Studies and Archives
Recently there has been a growing interest in the study of the history of Chinese enterprises. Several conferences have been organized, and proceedings, journal articles, and books published. There are also a number of M.A. and Ph.D. theses, written either in Chinese or in English.
The history of Chinese enterprise at present is being written from a variety of historical sources such as company archives, legal records, local gazetteers, biographical materials, family instructions, novels, memoirs, personal letters, diaries, genealogies, missionary records, and foreign affairs documents. New archival sources are also being discovered all the time. The goal of this article is to review recent trends in enterprise case studies and introduce the sources and archives for the study of modern Chinese enterprise history. I will also briefly illustrate the connection between these archival sources and some possible research topics in Chinese business history.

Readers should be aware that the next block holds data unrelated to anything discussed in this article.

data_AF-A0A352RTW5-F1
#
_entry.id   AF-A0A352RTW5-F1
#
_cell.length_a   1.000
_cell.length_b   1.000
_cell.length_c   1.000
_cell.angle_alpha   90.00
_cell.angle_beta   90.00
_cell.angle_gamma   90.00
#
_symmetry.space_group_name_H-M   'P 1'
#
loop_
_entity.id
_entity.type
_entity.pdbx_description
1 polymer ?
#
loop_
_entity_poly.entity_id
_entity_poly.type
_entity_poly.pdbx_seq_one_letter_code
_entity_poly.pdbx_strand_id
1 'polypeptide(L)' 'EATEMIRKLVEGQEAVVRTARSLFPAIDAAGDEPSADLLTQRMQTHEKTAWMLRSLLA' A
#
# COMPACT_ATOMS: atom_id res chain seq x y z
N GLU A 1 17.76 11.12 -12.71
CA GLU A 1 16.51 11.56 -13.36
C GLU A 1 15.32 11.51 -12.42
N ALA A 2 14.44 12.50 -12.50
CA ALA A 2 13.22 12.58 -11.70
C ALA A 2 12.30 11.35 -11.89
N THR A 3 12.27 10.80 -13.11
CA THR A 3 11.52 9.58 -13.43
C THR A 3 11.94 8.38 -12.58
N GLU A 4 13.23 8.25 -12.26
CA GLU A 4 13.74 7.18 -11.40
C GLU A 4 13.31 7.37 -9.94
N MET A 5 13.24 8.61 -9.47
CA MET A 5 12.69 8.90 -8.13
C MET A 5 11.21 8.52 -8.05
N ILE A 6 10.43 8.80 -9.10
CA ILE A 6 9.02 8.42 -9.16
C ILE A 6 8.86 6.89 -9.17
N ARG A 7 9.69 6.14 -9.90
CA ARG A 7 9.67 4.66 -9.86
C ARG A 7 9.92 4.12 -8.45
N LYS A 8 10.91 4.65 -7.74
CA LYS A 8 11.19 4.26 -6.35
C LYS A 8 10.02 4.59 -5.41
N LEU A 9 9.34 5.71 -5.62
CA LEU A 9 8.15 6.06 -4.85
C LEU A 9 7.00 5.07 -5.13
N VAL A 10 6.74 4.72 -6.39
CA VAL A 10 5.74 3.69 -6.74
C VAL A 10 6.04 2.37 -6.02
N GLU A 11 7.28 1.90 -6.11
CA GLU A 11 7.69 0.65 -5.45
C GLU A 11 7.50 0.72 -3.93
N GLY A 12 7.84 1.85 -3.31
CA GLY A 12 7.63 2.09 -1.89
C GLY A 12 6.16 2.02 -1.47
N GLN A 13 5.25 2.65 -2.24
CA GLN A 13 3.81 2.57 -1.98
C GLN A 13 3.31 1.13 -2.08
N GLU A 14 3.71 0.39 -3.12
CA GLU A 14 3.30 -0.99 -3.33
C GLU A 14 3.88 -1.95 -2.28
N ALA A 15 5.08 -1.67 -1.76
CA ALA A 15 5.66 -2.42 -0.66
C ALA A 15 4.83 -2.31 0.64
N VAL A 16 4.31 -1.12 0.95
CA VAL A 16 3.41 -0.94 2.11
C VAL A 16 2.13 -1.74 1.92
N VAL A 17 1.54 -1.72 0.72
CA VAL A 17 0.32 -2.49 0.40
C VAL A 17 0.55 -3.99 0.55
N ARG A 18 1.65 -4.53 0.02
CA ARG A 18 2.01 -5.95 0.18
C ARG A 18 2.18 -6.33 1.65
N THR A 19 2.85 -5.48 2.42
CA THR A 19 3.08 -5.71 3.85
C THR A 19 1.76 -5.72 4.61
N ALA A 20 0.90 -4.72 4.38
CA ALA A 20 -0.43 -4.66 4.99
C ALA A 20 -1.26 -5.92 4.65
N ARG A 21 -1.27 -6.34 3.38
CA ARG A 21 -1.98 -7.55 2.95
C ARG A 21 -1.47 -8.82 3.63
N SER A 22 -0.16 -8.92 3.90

There is little doubt that Chinese enterprise history (qiye lishi) has been receiving much attention in recent literature. Since 1956, the Shanghai Academy of Social Sciences (SASS) has collected many source materials on____________________
Chi-kong Lai is on the faculty of the University of Queensland, Brisbane, Department of History.
I thank Huang Hanmin, Andrea McElderry, Dian Murray, and especially Robert Gardella, who contributed to the revision of this article.